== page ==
The 2nd accused was indicted on counts 5 and 6 with havingabetted the 1st accused in the commission of the two offences ofacceptance of the gratification referred to above.
The trial commenced on 24.8.92 and at its conclusion for thereasons set out in the judgment dated 22.01.92, the 2nd accused wasacquitted of the charges in counts 5 and 6 of the indictment.
The 1st accused was found guilty and was convicted on the 1stand 2nd counts for the solicitation and on the 3rd and 4th counts
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for the acceptance of the said gratification and was sentenced to aterm of 5 years rigorous imprisonment on each count and the sen-tences were ordered to run concurrently. This appeal is against hisconviction and sentence.
The complainant Jayantha Sirisena Devapriya was a technicalofficer attached to a sub-office of the Padukka Provincial Council atHanwella. His evidence was that he had intended to construct a housefor his brother in a plot of land belonging to him at Mahagamlandawattein Padukka. He had put up a temporary structure to store the buildingmaterials at the site. As the construction of the building was beingdelayed, his brother moved in to live in the temporary building whichwas originally intended as a store at the site. He has admitted receivingseveral letters from the Provincial Council relating to the constructionof the said unauthorised building. He had, however, not taken anysteps in this regard despite admittedly receiving letters from theProvincial Council.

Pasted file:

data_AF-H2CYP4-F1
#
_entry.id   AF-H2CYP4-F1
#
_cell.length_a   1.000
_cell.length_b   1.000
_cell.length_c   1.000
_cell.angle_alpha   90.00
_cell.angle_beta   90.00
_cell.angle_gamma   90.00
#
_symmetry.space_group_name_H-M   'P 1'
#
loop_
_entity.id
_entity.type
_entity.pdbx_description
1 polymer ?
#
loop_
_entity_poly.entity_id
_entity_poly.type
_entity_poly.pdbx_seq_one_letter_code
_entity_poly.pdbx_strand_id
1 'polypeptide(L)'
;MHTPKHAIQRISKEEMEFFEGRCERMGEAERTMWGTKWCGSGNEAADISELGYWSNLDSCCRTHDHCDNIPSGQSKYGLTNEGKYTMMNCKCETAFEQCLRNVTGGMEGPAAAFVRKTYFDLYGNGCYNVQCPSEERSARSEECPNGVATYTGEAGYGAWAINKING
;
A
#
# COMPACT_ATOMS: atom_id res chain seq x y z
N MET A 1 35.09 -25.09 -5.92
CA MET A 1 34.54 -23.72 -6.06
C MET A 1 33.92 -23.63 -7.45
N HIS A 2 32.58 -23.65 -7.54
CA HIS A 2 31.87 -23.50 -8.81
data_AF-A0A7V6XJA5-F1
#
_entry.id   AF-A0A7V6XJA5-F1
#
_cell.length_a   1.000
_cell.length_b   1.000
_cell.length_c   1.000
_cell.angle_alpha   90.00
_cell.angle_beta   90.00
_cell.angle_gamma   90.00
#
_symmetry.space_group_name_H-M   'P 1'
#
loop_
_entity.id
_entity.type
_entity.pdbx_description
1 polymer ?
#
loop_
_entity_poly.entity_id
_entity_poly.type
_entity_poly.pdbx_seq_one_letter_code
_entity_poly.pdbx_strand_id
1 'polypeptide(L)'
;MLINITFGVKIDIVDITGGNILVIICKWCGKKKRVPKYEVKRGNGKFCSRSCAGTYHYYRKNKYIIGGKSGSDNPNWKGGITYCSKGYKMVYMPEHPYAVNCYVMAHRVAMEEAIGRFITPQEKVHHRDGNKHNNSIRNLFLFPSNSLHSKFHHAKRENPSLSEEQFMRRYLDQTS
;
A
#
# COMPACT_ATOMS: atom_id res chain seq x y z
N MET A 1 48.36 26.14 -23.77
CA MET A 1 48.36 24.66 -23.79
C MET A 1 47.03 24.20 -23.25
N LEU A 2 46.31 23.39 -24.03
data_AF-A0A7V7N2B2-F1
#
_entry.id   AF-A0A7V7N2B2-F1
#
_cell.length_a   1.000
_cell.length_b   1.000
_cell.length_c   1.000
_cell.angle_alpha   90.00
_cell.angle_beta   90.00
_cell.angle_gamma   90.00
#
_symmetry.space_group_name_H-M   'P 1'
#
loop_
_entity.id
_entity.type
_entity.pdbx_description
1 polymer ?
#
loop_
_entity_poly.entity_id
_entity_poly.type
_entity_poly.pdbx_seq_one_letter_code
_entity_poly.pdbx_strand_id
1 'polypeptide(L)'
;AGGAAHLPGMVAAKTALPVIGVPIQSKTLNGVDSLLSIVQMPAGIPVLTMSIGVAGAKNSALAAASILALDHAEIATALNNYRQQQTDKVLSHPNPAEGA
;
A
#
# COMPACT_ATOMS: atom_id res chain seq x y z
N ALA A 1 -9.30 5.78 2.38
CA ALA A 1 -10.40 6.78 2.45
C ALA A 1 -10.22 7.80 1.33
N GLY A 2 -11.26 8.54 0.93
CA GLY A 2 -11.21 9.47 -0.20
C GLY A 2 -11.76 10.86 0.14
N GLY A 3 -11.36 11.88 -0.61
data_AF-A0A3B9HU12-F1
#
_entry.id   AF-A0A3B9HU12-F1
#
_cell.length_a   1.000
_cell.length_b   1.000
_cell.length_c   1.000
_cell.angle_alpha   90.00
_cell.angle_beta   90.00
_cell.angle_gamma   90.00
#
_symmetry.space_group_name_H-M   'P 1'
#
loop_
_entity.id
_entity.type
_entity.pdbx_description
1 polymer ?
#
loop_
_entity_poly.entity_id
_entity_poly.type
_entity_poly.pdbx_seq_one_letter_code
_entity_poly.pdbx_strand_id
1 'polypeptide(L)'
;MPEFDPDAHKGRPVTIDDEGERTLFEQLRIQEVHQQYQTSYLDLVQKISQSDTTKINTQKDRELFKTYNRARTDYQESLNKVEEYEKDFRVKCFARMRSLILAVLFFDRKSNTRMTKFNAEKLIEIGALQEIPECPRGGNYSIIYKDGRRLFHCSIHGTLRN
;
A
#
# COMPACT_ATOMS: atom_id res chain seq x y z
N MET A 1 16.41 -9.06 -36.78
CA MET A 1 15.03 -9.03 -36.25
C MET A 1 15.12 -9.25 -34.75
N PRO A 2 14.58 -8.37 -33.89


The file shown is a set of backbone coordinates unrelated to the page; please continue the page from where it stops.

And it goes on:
The complainant appears to have been annoyed that officials ofthe Provincial Council were more keen on seeking to have thistemporary structure demolished rather than taking steps to allocateto him an assessment number for the lot on which the house wasto be constructed. He had therefore decided to make a complaint tothe Bribery Commissioner against the Public Health Inspector and theTechnical Officer. His complaint was recorded on 31.5.90 and a trapwas arranged for 6.5.90 by the officers attached to the BriberyCommissioner's office. The complainant had not made any specificallegation that the 1st accused-appellant had solicited a gratificationor that he solicited a particular sum of money.
According to the evidence and the documents produced at the trialit appears that on 27.12.89, the 1st accused-appellant had made thedetection of the said unauthorised structure having been constructedand has made notes of this detection in his field book at page 44(1V6). He had then made an official report on 2.1.90 (1V7) to theAuthorised Officer of the Council through his superior officer, the.Medical Officer of Health, regarding the erection of this 10’x19’ tiledhouse constructed with planks.
It appears that the officer-in-charge of the Padukka-Waga unit ofthe Provincial Council had by his letter dated 6.2.90 (1V5 & 1V9)
Wijeratne v. Attorney General (Ismail, J.)
informed the complainant that a report had been received regardingthis unauthorised construction and directed him to pay the Councila sum of Rs. 950 in respect of this illegal construction.